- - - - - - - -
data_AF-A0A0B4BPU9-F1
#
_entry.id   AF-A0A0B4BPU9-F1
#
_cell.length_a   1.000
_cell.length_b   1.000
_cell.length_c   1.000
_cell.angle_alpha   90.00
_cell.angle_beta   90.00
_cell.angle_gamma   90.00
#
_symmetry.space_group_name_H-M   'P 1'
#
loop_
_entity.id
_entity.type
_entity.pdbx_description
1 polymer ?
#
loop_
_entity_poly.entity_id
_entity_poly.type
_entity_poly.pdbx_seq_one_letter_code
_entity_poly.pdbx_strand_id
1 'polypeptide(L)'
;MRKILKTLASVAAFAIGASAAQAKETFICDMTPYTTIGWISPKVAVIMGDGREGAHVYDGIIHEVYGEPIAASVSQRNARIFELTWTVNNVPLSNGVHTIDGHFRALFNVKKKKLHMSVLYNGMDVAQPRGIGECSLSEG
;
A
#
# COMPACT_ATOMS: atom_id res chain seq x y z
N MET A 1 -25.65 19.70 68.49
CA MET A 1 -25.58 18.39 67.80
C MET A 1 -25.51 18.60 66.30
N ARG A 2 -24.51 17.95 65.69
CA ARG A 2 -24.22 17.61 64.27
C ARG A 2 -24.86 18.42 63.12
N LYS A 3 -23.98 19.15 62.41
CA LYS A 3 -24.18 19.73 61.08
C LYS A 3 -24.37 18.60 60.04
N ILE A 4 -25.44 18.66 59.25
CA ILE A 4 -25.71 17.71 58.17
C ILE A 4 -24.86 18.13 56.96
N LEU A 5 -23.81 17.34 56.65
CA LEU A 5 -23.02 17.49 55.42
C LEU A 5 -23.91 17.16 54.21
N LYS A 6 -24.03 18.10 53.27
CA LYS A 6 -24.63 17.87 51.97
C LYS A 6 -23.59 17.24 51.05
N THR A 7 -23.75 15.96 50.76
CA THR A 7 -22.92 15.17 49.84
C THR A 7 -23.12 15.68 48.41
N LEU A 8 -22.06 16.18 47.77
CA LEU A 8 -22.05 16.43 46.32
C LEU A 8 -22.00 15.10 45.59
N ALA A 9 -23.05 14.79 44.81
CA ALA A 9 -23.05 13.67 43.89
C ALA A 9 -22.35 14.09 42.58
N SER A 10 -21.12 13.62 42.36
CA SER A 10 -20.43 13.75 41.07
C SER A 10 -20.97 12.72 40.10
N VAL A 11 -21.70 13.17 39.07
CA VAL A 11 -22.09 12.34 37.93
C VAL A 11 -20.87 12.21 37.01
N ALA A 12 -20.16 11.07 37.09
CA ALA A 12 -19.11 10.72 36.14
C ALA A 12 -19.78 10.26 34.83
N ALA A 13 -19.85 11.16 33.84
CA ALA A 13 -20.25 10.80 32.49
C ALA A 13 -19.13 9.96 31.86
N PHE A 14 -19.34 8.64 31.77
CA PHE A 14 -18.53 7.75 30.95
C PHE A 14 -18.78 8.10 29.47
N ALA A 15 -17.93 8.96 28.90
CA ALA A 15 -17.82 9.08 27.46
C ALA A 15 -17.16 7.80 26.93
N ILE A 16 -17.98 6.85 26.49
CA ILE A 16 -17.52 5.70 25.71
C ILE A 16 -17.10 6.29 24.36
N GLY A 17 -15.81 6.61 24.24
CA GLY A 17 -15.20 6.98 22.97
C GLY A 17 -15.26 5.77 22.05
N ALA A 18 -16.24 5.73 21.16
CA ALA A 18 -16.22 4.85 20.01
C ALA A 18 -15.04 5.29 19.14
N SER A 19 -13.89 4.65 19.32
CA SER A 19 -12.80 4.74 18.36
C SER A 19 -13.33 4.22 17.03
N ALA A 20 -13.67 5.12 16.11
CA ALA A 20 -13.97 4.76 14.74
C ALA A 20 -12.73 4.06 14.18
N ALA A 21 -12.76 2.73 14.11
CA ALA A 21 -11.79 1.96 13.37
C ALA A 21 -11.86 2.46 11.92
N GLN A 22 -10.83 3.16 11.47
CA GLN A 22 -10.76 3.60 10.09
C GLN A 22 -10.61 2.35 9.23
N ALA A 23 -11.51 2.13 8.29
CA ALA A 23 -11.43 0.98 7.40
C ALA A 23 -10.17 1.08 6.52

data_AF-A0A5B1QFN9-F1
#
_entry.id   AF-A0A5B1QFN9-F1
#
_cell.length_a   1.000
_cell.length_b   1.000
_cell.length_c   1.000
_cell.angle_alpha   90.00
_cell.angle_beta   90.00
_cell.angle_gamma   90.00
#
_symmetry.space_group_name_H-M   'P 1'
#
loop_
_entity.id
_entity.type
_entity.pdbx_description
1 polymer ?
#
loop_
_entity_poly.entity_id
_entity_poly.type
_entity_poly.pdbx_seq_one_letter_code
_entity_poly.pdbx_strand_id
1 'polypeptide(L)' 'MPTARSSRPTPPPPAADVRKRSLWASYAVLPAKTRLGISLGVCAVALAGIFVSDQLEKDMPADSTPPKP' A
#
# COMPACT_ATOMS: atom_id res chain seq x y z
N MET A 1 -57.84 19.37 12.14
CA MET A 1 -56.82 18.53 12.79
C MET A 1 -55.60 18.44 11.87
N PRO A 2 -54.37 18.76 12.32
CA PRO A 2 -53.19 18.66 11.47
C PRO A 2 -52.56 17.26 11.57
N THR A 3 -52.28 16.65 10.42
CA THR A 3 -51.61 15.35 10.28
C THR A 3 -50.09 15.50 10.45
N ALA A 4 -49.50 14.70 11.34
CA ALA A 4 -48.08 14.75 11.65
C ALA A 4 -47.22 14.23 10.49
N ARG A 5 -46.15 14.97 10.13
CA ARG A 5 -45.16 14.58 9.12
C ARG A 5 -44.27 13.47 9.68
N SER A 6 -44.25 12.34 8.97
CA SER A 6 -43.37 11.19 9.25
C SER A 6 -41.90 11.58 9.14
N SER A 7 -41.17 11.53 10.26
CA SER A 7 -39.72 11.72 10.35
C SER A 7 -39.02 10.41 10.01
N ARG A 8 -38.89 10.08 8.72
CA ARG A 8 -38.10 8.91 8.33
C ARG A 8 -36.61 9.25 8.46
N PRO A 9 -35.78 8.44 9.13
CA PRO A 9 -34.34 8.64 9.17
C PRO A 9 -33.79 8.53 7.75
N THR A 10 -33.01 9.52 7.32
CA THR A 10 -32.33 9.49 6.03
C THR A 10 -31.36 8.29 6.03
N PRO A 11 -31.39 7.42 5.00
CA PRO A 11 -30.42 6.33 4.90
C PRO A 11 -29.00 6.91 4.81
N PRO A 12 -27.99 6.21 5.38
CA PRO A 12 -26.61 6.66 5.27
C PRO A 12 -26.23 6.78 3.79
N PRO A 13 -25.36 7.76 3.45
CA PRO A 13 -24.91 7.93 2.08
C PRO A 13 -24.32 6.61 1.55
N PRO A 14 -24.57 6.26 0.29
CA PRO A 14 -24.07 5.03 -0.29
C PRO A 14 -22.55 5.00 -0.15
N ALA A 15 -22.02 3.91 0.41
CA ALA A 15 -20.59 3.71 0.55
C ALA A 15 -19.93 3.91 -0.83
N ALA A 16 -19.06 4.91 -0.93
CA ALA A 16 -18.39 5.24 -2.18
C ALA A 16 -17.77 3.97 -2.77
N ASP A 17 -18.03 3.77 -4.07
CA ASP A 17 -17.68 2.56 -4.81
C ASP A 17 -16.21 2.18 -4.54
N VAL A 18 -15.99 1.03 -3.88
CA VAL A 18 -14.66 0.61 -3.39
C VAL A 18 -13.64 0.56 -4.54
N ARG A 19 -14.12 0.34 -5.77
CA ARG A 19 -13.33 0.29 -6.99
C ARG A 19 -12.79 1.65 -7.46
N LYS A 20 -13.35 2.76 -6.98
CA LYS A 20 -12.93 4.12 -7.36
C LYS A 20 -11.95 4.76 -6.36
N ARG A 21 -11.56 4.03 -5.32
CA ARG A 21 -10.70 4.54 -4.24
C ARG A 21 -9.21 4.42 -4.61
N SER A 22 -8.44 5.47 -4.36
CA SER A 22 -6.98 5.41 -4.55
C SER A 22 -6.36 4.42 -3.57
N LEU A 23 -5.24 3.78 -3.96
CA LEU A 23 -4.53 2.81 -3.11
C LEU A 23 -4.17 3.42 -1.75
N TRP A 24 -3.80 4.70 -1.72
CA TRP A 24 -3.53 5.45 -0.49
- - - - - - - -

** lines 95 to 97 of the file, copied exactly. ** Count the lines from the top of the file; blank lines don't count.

CA GLN A 22 -10.76 3.60 10.09
C GLN A 22 -10.61 2.35 9.23
N ALA A 23 -11.51 2.13 8.29